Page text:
- Joseph Ward, CPA and Mary Thomas, CPA
Tax-Advantaged Giving Through IRA Distributions
by Joseph A.G. Ward, CPA and Mary Thomas, CPA
Smyth & Ward, P.A.
Certified Public Accountants
Over the last several years, there have been many changes in our tax laws dealing with Individual Retirement Accounts (IRAs) and tax deductions. I want to explain a financial choice that could benefit individuals who were born before 1951.
Prior to 2020, individuals were required to take a required minimum distribution (RMD) from their IRAs in the year they reached age 70½. Changes made by the SECURE Act provide that if your 70th birthday is July 1, 2019 or later, you do not have to take withdrawals until you reach age 72.
In March 2020, in response to the pandemic, Congress passed the Coronavirus Aid Relief and Economic Stimulus (CARES) Act. The CARES Act waived the requirement to take RMDs in 2020. This only impacted the distributions in 2020, not in future years.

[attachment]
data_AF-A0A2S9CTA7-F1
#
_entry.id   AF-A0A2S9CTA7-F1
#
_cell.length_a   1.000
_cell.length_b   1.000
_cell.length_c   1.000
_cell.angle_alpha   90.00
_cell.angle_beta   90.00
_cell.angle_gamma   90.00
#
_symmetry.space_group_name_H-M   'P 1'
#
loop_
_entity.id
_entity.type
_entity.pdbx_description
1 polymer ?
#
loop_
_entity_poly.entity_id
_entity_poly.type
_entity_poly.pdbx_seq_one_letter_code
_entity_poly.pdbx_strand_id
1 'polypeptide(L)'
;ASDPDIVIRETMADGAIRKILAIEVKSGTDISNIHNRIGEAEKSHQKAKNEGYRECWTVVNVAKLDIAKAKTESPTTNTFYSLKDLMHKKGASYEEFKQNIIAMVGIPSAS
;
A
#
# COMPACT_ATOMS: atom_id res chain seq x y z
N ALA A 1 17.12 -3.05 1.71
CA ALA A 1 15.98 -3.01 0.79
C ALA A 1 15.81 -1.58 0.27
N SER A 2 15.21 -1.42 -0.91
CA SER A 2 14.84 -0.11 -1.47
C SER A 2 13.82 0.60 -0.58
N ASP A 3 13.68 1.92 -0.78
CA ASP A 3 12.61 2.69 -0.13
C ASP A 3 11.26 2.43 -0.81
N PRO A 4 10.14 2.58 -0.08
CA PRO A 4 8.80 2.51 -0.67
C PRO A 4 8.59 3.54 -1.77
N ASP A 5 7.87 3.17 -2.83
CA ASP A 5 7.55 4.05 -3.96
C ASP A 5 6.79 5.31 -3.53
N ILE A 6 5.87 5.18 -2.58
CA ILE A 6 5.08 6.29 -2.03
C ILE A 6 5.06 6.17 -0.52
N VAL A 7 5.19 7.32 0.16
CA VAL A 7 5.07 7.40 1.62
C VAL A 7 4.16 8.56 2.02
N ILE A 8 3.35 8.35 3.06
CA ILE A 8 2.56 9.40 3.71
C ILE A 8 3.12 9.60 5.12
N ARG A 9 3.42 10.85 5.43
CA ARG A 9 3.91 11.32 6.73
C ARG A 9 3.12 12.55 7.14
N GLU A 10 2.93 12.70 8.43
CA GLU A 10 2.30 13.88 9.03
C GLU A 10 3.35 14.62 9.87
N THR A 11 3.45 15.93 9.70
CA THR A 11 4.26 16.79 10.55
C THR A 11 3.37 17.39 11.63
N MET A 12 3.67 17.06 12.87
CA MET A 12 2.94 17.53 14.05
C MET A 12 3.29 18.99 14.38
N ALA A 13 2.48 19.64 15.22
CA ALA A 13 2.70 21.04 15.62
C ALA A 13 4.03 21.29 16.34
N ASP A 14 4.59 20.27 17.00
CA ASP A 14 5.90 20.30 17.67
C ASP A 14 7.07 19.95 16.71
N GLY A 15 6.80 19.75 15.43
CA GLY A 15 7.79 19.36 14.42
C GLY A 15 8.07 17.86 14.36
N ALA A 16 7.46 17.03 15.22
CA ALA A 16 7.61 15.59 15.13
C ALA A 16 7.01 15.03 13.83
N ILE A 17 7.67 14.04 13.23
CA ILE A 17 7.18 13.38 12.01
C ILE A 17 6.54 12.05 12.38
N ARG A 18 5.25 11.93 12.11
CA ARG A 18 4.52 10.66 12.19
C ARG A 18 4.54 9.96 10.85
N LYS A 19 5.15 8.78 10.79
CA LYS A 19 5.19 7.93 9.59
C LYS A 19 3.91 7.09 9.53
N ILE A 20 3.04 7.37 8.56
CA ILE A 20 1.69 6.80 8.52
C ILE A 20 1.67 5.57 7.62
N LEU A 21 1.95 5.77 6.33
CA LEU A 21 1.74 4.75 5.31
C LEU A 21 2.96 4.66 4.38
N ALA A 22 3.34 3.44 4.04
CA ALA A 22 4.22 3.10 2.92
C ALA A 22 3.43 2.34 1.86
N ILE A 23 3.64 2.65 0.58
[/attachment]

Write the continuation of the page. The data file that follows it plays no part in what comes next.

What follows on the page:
There has been a law for several years, which was not changed by the CARES Act, allowing an individual age 70½ or older to take a Qualified Charitable Distribution (QCD) up to $100,000 per year from their IRA and have the trustee/custodian of the IRA send the money directly to a charity or various charities. Each spouse must adhere to the requirements in their own IRA since it is an individual retirement account not a joint account. The distribution must go directly from the IRA trustee to the charity. The funds must be used as donation. They cannot be used to buy raffle tickets, golf tournament fees, dance tickets, etc.
Many taxpayers are now taking the standard deduction on their income tax returns as a result of the increased standard deduction under the Tax Cut and Jobs Act of 2018. This means that they are not getting a tax benefit for charitable contributions. The QCD allows the taxpayer to directly offset income from an IRA distribution and reduce taxes.
Example: Bob was born on April 1, 1949. He is married and files a joint return with his spouse using the standard deduction. They receive social security benefits, a pension, and investment income totaling $100,000 per year. In 2021 Bob is required to take a distribution from his IRA of $10,000. They have been contributing $10,000 per year to various charities and wish to donate $10,000 in 2021. The following shows the tax advantage of using a QCD:
The QCD accomplishes their charitable contribution goal and saves them $2,200 in federal income tax.